Month: October 2017

Landlords: are you leasing property lawfully?

Being a landlord isn’t an easy job to take on, there’s a myriad of legislation that landlords must comply with, otherwise they could face hefty penalties and unwittingly put their tenants at risk. However, if you do your research, work with a good agent who can manage your property portfolio for you and ensure you are kept up to date with legal requirements and changes, there’s no reason why property letting couldn’t provide you with a great revenue stream and a responsibility that can work alongside your day-to-day job.

Below is a handy ‘to do and to don’t’ guide that can help get you up and running, protect you and your assets and also ensure you have a happy, long-term tenant.

GFW Letting Ribbon


Take care of your property

Do try and keep the property looking as good as it can, even if this sometimes means spending a few pennies! Replacing a worn carpet or re-decorating every 2-3 years will keep your property looking fresh, and you will be more likely to either keep a good tenant, or attract a new one more quickly.  It will also keep up the capital value of your investment.

Aim to put aside 10% of your rental income each year to invest back into the property for minor repairs, refurbishment or for unexpected bills. Remember, being a landlord involves taking responsibility for your property, and this will inevitably sometimes involve cost.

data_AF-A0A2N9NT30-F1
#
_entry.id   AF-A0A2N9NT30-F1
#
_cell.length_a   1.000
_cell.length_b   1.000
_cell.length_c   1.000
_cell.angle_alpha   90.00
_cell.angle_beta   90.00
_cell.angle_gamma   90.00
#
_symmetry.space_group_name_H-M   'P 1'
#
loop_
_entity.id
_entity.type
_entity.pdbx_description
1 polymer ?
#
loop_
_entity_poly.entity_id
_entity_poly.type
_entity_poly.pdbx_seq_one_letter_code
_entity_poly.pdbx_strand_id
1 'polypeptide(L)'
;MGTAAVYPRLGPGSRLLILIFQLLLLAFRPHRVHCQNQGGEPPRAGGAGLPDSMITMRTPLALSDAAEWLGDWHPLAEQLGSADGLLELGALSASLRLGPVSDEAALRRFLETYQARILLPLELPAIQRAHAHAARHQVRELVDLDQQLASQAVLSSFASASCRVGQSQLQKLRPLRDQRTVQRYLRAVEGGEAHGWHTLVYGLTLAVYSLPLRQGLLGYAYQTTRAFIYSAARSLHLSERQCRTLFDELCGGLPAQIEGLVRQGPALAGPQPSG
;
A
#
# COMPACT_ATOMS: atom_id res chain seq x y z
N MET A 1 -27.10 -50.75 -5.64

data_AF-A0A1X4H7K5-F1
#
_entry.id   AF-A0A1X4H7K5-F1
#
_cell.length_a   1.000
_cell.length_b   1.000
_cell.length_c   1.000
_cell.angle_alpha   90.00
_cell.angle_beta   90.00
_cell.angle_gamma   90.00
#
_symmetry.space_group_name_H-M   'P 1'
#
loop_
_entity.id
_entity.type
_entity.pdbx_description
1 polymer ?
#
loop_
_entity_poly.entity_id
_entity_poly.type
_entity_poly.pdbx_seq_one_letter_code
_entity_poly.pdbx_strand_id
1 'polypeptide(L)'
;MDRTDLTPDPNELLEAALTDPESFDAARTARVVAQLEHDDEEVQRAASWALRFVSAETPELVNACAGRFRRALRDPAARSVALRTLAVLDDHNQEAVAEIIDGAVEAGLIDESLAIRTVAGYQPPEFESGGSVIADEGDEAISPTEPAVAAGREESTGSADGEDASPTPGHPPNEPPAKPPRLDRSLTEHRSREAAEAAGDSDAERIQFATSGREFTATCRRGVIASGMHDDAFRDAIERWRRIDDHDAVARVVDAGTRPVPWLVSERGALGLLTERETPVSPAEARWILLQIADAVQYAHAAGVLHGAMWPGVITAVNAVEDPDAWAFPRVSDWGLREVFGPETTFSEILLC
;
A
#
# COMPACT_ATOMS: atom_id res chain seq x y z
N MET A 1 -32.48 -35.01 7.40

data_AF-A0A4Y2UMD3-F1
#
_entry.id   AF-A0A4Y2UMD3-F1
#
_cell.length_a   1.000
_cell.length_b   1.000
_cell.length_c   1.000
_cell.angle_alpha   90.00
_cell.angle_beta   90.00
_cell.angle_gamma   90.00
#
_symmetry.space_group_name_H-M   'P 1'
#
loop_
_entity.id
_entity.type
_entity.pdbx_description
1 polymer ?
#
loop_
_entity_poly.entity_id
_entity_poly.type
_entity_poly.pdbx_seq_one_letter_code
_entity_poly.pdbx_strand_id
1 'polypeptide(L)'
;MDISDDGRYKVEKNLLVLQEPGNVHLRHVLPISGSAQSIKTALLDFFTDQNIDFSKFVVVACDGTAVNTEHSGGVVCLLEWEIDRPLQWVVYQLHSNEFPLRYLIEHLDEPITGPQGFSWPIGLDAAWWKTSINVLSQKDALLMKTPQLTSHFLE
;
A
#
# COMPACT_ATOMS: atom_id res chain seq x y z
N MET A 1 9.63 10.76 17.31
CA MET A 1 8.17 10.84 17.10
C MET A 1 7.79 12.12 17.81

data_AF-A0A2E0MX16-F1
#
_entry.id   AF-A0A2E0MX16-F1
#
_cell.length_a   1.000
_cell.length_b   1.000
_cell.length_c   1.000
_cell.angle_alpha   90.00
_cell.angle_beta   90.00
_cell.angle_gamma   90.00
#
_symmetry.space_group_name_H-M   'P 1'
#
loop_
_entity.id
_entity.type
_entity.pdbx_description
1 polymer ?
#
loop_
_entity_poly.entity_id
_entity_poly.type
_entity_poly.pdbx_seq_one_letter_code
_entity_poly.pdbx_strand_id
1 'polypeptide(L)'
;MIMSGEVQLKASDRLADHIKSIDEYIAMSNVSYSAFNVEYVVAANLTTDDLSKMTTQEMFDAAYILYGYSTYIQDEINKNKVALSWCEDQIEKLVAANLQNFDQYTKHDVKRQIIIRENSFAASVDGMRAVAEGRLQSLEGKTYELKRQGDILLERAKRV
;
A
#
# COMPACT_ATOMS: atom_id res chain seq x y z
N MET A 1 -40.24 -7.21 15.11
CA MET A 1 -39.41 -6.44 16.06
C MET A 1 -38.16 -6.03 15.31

Ensure you’re Gas, Electrical and Energy compliant

By law, landlords must carry out annual gas safety checks by an engineer who is registered on the Gas Safety Register (which has replaced Corgi). A copy must be given to the tenant before they move in and the check must have been carried out within the 12 months before the new tenant takes up occupation.

Similar laws apply to electrical appliances. The landlord must ensure that all hard wiring in their property is safe – the only way this can be done is to have the electrics fully tested by a qualified electrician.

Landlords must be able to present an Energy Performance Certificate (EPCs) to the tenant when they move in, which provides an estimated cost of how much it would be to run the home in terms of utilities like central heating.

Landlords in England are also required to provide smoke alarms on every floor of their property and a carbon monoxide alarm in every room with a solid fuel source.

If you don’t comply with these legal requirements, landlords in England can face penalties which include fines, potential prison terms, or being unable to gain possession of their property when they wish to.

Be clear when it comes to deposits, fees and rent

By law, you must protect a tenant’s deposit in an authorised deposit protection scheme (there are three main schemes) under an assured short hold tenancy within 30 days of receiving the deposit.